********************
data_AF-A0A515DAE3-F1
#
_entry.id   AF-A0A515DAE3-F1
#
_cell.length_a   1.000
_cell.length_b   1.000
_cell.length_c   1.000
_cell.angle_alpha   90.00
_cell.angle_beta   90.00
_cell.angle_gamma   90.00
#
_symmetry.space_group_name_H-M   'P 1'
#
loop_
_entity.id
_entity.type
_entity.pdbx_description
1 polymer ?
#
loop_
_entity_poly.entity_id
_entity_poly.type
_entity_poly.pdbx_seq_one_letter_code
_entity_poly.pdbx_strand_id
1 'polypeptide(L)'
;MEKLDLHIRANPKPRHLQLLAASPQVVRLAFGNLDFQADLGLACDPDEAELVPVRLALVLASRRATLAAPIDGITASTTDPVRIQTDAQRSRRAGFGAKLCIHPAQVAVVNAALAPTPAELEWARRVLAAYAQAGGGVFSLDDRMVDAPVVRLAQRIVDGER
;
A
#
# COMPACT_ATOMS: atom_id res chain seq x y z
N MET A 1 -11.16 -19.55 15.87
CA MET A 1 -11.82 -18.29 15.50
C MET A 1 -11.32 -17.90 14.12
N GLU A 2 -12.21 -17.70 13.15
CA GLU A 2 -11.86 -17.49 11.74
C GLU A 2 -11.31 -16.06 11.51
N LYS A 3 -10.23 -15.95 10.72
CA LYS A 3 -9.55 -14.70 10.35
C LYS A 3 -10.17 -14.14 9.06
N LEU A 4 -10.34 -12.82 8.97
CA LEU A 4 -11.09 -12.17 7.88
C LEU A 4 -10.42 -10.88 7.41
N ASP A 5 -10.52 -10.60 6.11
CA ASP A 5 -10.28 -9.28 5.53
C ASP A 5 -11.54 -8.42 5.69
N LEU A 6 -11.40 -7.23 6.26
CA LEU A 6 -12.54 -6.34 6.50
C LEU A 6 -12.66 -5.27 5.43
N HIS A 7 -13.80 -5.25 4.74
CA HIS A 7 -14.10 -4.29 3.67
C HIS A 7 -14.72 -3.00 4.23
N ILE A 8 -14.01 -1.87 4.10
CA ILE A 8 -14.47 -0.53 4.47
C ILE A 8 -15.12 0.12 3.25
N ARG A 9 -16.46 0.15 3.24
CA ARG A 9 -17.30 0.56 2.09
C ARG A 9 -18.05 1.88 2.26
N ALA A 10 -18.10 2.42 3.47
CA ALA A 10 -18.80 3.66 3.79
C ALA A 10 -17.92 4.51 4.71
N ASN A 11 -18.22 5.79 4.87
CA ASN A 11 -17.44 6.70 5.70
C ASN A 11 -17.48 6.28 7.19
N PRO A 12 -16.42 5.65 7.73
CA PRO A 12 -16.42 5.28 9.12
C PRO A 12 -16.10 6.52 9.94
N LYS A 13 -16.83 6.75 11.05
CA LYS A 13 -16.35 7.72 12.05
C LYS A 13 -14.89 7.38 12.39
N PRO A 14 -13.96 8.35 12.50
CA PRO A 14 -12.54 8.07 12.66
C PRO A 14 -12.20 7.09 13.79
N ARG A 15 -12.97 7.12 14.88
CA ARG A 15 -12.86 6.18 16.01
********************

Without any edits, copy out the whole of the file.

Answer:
data_AF-A0A515DAE3-F1
#
_entry.id   AF-A0A515DAE3-F1
#
_cell.length_a   1.000
_cell.length_b   1.000
_cell.length_c   1.000
_cell.angle_alpha   90.00
_cell.angle_beta   90.00
_cell.angle_gamma   90.00
#
_symmetry.space_group_name_H-M   'P 1'
#
loop_
_entity.id
_entity.type
_entity.pdbx_description
1 polymer ?
#
loop_
_entity_poly.entity_id
_entity_poly.type
_entity_poly.pdbx_seq_one_letter_code
_entity_poly.pdbx_strand_id
1 'polypeptide(L)'
;MEKLDLHIRANPKPRHLQLLAASPQVVRLAFGNLDFQADLGLACDPDEAELVPVRLALVLASRRATLAAPIDGITASTTDPVRIQTDAQRSRRAGFGAKLCIHPAQVAVVNAALAPTPAELEWARRVLAAYAQAGGGVFSLDDRMVDAPVVRLAQRIVDGER
;
A
#
# COMPACT_ATOMS: atom_id res chain seq x y z
N MET A 1 -11.16 -19.55 15.87
CA MET A 1 -11.82 -18.29 15.50
C MET A 1 -11.32 -17.90 14.12
N GLU A 2 -12.21 -17.70 13.15
CA GLU A 2 -11.86 -17.49 11.74
C GLU A 2 -11.31 -16.06 11.51
N LYS A 3 -10.23 -15.95 10.72
CA LYS A 3 -9.55 -14.70 10.35
C LYS A 3 -10.17 -14.14 9.06
N LEU A 4 -10.34 -12.82 8.97
CA LEU A 4 -11.09 -12.17 7.88
C LEU A 4 -10.42 -10.88 7.41
N ASP A 5 -10.52 -10.60 6.11
CA ASP A 5 -10.28 -9.28 5.53
C ASP A 5 -11.54 -8.42 5.69
N LEU A 6 -11.40 -7.23 6.26
CA LEU A 6 -12.54 -6.34 6.50
C LEU A 6 -12.66 -5.27 5.43
N HIS A 7 -13.80 -5.25 4.74
CA HIS A 7 -14.10 -4.29 3.67
C HIS A 7 -14.72 -3.00 4.23
N ILE A 8 -14.01 -1.87 4.10
CA ILE A 8 -14.47 -0.53 4.47
C ILE A 8 -15.12 0.12 3.25
N ARG A 9 -16.46 0.15 3.24
CA ARG A 9 -17.30 0.56 2.09
C ARG A 9 -18.05 1.88 2.26
N ALA A 10 -18.10 2.42 3.47
CA ALA A 10 -18.80 3.66 3.79
C ALA A 10 -17.92 4.51 4.71
N ASN A 11 -18.22 5.79 4.87
CA ASN A 11 -17.44 6.70 5.70
C ASN A 11 -17.48 6.28 7.19
N PRO A 12 -16.42 5.65 7.73
CA PRO A 12 -16.42 5.28 9.12
C PRO A 12 -16.10 6.52 9.94
N LYS A 13 -16.83 6.75 11.05
CA LYS A 13 -16.35 7.72 12.05
C LYS A 13 -14.89 7.38 12.39
N PRO A 14 -13.96 8.35 12.50
CA PRO A 14 -12.54 8.07 12.66
C PRO A 14 -12.20 7.09 13.79
N ARG A 15 -12.97 7.12 14.88
CA ARG A 15 -12.86 6.18 16.01